Although I’m not a fan of Tri-X or other high-speed films I thought it would be educational to attempt a digital simulation, if only to me. The basics are pretty obvious: ISO 400 (or 320 if we want to try “old and better Tri-X”), higher than normal contrast, reduced gray scale range, and more (but not too much) grain. All fairly easy to achieve. In fact my Nikon has a “high contrast monochrome” setting. That’s pretty much describes Tri-X. In this case I’m using my “experimenter’s camera”, the Canon Rebel T100.
These first three were taken using the default monochrome setting @ ISO 400 and automatic exposure with a slight post-shoot contrast/brightness tweaking on a foggy day (a good time to use high-speed film).
(I think the little bird shot is quite good. It also employs a bit of post-shoot digital zooming, my main reason for shooting at full 18MP resolution.)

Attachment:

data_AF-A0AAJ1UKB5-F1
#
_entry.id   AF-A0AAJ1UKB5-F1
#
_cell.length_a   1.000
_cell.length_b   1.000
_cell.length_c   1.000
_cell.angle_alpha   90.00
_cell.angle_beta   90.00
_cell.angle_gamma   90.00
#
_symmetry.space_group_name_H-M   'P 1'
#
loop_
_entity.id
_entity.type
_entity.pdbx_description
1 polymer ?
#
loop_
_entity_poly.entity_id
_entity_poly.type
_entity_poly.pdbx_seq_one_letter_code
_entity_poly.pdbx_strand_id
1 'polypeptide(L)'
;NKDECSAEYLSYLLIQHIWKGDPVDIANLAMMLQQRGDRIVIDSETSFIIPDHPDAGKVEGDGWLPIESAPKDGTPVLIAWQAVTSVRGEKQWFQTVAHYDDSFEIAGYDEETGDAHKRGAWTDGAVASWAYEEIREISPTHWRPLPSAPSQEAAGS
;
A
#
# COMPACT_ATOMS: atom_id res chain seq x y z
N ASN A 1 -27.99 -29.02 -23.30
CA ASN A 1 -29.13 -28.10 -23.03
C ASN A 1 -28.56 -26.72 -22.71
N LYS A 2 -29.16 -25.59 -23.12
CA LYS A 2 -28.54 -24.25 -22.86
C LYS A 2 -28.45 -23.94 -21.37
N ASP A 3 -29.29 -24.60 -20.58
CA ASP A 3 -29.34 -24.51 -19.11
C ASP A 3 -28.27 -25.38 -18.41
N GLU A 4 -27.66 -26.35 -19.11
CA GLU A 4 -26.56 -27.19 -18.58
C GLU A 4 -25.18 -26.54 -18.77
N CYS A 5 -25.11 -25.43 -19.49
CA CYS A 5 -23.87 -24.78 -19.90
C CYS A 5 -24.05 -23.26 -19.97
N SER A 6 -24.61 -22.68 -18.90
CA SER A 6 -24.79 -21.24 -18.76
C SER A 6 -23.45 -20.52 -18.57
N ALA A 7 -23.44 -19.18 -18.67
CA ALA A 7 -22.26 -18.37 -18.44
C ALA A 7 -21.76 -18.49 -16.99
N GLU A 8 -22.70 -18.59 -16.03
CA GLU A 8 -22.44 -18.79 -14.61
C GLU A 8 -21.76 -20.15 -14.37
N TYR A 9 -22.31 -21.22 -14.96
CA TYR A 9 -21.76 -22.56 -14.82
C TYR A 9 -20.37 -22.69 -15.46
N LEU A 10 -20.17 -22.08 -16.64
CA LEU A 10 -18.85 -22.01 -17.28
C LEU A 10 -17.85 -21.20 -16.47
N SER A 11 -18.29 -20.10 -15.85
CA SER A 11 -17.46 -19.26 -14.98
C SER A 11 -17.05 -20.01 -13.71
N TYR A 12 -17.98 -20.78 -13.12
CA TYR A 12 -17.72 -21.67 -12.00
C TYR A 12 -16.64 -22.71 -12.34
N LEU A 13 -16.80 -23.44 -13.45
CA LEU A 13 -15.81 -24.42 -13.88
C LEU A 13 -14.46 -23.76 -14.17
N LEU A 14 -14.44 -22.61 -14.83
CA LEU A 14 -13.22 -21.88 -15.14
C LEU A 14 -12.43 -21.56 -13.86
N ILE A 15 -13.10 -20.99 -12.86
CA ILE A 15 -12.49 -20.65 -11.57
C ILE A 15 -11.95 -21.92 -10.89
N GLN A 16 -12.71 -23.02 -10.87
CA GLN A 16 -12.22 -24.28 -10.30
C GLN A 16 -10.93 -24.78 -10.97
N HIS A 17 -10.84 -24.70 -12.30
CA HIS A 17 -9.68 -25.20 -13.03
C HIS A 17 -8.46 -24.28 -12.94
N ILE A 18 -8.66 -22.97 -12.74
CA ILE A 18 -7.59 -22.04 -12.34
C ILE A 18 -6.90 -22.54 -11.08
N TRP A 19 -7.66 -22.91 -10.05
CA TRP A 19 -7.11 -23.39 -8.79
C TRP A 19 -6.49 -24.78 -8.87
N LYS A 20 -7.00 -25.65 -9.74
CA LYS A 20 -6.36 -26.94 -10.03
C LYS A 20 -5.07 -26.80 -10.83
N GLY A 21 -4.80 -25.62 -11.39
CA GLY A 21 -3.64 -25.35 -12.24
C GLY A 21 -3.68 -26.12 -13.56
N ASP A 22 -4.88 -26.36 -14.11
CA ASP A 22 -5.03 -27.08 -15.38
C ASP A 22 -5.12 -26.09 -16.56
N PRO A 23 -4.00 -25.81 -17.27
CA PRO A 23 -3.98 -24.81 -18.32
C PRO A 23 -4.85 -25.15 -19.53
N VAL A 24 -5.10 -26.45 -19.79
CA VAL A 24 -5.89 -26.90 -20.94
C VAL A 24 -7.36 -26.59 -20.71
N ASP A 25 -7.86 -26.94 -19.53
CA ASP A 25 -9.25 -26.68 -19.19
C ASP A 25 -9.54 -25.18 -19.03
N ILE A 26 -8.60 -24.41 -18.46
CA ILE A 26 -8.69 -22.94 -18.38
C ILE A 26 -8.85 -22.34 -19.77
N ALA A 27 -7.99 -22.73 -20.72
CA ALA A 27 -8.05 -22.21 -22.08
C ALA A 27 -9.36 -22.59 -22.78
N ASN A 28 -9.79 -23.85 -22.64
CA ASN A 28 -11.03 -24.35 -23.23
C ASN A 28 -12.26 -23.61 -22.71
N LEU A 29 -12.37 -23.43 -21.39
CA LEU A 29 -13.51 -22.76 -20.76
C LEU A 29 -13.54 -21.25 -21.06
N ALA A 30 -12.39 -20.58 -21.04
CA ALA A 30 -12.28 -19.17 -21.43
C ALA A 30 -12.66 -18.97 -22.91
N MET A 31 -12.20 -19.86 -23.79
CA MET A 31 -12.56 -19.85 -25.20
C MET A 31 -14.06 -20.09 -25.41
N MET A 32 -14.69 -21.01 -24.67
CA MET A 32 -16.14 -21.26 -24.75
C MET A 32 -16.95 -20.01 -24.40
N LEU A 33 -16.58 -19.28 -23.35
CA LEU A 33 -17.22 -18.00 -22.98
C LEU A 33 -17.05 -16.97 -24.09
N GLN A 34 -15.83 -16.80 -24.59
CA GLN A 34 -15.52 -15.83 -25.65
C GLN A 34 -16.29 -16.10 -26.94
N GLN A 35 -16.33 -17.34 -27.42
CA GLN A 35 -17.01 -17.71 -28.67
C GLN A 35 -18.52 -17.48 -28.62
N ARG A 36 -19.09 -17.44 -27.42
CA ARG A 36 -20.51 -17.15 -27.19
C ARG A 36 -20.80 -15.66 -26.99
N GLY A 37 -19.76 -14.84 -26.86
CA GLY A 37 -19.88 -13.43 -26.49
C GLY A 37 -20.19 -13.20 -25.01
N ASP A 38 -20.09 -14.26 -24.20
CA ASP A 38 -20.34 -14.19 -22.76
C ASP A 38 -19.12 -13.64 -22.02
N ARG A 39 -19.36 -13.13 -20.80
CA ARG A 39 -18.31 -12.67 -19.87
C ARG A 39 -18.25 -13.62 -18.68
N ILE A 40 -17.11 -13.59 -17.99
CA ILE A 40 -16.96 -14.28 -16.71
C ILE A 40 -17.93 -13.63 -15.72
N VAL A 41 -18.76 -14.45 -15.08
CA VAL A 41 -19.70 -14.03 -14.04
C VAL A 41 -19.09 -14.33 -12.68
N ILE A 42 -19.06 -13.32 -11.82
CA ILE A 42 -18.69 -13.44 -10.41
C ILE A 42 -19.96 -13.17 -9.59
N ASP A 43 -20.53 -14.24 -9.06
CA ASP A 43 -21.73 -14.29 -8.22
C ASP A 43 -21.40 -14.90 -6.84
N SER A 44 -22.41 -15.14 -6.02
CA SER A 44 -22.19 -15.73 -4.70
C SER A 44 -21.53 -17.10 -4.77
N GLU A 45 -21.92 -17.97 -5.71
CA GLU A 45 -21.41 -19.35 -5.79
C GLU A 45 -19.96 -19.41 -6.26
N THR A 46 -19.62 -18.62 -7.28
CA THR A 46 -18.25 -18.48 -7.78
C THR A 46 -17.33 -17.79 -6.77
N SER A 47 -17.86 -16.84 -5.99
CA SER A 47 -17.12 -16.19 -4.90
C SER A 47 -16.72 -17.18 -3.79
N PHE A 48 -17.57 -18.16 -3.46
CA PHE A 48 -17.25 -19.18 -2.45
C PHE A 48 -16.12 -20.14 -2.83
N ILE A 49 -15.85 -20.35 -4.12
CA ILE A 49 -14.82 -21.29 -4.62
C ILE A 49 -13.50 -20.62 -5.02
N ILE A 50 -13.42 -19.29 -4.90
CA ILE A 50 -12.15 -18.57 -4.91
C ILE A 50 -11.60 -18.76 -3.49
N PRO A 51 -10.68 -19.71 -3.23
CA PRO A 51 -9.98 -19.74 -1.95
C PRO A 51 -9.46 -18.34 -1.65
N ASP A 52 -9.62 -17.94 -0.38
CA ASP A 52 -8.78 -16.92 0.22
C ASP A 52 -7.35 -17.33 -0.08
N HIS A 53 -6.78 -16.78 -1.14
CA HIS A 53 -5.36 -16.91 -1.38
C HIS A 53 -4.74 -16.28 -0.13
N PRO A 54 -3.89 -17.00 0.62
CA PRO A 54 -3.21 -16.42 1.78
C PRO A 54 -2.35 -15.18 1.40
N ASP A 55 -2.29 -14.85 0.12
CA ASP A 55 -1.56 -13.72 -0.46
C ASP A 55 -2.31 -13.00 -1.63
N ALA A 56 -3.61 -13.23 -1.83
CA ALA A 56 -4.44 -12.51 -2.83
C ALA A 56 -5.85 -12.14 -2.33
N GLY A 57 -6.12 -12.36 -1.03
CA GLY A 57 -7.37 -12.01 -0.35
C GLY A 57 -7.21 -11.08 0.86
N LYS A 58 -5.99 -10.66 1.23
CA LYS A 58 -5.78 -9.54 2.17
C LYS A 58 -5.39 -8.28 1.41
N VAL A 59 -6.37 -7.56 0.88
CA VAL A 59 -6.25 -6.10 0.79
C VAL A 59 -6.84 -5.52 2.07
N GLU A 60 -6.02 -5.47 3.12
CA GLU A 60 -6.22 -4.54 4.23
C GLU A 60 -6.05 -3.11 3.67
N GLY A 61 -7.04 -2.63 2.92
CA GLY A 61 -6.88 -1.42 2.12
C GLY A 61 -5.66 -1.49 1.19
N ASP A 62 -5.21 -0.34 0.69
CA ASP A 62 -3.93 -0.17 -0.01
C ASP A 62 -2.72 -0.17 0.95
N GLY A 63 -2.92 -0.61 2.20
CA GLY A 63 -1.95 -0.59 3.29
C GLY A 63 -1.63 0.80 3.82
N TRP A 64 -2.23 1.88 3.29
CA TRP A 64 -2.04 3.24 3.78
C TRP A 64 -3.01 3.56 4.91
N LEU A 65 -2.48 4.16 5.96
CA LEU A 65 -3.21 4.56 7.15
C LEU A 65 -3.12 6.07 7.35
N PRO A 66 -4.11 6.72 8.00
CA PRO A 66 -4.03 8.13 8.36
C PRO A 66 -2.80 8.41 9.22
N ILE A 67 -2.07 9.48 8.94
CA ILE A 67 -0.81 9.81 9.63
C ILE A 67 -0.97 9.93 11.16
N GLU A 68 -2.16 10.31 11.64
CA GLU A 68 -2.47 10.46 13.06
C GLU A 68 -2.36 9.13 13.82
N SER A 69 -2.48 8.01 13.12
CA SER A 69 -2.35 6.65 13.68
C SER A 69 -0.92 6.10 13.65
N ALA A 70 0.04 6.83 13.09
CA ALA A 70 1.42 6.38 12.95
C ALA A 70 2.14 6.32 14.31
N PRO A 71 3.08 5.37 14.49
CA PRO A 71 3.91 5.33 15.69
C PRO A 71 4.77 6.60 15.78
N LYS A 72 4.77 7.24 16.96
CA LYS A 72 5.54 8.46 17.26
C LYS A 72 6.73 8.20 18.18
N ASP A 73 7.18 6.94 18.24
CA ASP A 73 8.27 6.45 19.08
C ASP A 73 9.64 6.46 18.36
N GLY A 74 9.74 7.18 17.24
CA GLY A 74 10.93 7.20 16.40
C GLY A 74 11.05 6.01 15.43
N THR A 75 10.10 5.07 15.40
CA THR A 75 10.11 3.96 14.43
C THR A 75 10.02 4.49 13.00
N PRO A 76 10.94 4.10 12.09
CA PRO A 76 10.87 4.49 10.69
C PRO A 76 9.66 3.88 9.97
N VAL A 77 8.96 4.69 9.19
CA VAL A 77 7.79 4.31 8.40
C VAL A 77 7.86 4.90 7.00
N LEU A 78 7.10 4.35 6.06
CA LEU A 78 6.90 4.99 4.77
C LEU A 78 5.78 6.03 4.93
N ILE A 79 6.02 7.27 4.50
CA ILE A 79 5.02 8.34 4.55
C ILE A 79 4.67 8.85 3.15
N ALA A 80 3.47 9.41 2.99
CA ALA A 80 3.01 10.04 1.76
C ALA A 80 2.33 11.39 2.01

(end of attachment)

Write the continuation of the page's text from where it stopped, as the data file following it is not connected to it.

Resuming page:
The next three are shot in colour @ ISO 400 and automatic exposure with a yellow filter to slightly enhance the contrast and reduce the effective ISO to approximately 320, which is what Tri-X had been before (and many people advocated shooting the 400 rated film at 320 still). Then desaturated in GIMP, with a slight tweak of contrast.
The results either way are nearly identical and wholly acceptable. The colour shots, however, produced a couple of images that also work well in colour – whether corrected for the yellow filter or not:
In the end the Tri-X simulation definitely works, but I don’t think I’ll bother with it even though it’s simple. I still prefer to shoot in colour, even if off-colour, and then desaturate if I think the shot would look better in black & white.